This past Sunday, Canada-based woodworker John Heisz uploaded a video he made documenting a paper saw blade that he had made from standard printer paper cutting wood with surprisingly clean results. Unsurprisingly, the video went viral in a matter of hours and is currently sitting at over an impressive 4 million views.

While we’re still curious to see what would happen if cardstock or another –– more sturdy –– paper-like material were used in place of regular printer paper, Heisz just uploaded yet another demonstration video that details how the paper blade works against other materials. Considering that the paper had little problem cutting cleanly through dense wood leading up to failure, it would seem to make sense that it might work on other materials, too –– right?

“These are some of the things I tried cutting with the paper blade,” explains Heisz. “I picked what I thought was best for the original video, but thought that there might be some interest in these as well. The hardwood was hard maple and it cut remarkably clean.”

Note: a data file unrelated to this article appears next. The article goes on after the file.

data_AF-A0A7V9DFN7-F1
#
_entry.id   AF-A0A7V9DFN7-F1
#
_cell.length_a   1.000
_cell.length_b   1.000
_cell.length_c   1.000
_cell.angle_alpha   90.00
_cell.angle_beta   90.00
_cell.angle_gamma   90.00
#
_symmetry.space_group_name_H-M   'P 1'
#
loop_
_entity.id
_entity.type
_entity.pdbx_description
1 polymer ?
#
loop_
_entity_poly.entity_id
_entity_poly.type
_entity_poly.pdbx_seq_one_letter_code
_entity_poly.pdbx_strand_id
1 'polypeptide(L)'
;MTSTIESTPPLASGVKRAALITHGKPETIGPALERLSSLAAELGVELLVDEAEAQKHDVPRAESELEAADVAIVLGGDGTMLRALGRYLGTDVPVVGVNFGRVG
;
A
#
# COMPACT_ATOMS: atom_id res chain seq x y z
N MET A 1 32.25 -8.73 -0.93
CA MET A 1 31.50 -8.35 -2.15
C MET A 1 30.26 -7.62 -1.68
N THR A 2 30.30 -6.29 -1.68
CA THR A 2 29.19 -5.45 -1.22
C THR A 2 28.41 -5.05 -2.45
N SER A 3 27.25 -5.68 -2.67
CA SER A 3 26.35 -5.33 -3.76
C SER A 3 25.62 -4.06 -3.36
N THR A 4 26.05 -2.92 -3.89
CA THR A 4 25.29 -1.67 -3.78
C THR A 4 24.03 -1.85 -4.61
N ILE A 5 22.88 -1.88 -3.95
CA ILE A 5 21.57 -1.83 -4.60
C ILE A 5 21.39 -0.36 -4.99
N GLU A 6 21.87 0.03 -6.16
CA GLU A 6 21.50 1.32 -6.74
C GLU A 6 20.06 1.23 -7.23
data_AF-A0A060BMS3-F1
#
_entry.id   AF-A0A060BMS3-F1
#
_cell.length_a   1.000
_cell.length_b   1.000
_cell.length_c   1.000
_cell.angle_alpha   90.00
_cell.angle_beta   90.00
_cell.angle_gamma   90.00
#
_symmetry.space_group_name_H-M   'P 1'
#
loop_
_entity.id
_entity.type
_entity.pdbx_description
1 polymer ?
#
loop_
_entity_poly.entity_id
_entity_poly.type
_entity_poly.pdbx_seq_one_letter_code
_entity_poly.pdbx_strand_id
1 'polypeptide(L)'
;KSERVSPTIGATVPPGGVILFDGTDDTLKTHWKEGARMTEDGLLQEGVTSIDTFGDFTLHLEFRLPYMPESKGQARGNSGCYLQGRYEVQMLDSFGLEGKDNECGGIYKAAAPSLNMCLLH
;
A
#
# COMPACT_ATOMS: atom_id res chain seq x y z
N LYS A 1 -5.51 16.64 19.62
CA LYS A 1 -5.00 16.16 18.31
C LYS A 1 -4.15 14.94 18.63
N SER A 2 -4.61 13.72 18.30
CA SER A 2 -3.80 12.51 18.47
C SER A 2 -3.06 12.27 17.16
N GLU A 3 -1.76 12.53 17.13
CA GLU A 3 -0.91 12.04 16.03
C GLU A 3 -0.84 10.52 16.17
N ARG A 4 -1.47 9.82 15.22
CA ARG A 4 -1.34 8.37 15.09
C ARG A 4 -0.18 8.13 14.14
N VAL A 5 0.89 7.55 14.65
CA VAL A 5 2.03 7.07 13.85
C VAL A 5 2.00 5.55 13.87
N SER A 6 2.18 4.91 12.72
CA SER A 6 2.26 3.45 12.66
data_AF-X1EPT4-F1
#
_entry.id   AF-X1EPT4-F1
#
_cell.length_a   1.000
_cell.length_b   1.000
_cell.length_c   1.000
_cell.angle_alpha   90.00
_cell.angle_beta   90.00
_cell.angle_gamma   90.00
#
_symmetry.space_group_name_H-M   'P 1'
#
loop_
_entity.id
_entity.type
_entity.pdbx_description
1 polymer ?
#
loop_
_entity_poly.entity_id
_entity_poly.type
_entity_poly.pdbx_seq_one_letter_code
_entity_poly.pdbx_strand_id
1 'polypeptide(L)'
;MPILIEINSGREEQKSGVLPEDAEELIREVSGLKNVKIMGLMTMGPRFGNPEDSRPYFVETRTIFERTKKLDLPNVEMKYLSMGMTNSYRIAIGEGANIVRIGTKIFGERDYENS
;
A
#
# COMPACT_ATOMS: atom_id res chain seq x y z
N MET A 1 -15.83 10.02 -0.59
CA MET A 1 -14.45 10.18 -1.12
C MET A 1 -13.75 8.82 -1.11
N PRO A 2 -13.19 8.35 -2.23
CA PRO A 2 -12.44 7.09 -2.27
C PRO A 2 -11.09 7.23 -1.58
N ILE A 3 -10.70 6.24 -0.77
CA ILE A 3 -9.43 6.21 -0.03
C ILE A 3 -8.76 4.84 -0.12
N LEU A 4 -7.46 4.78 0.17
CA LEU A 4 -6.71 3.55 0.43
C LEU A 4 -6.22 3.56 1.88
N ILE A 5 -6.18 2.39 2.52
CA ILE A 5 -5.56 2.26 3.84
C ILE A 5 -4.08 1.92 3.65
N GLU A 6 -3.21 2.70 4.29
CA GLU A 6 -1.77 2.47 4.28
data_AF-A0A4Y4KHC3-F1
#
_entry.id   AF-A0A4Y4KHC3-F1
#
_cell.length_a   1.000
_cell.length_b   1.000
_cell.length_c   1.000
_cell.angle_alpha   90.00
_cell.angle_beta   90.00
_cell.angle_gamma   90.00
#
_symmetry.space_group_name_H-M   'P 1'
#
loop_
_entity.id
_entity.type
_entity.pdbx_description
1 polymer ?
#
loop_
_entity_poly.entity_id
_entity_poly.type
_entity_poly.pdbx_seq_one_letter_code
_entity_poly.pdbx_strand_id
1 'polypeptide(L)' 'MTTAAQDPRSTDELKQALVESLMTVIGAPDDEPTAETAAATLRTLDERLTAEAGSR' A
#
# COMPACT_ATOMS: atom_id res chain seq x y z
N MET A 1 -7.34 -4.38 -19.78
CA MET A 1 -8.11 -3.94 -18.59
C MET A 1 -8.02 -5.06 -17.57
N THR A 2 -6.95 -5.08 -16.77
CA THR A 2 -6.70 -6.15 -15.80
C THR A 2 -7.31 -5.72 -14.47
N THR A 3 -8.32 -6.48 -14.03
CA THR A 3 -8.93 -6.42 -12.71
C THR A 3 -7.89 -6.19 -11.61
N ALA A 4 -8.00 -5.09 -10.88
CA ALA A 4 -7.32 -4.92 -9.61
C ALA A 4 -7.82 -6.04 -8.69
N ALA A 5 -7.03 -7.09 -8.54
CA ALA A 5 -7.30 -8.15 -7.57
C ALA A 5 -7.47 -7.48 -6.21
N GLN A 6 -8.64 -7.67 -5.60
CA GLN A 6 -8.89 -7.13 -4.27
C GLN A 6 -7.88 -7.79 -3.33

YouTube video

Could there be a practical application for cutting soft materials? If the clean and mess–free foam cutting is any indication, Heisz just might be onto something here.


Simon is a Brooklyn-based industrial designer and Managing Editor of EVD Media. When he finds the time to design, his focus is on helping startups develop branding and design solutions to realize their product design vision. In addition to his work at Nike and various other clients, he is the main reason anything gets done at EvD Media. He once wrestled an Alaskan alligator buzzard to the ground with his bare hands… to rescue Josh.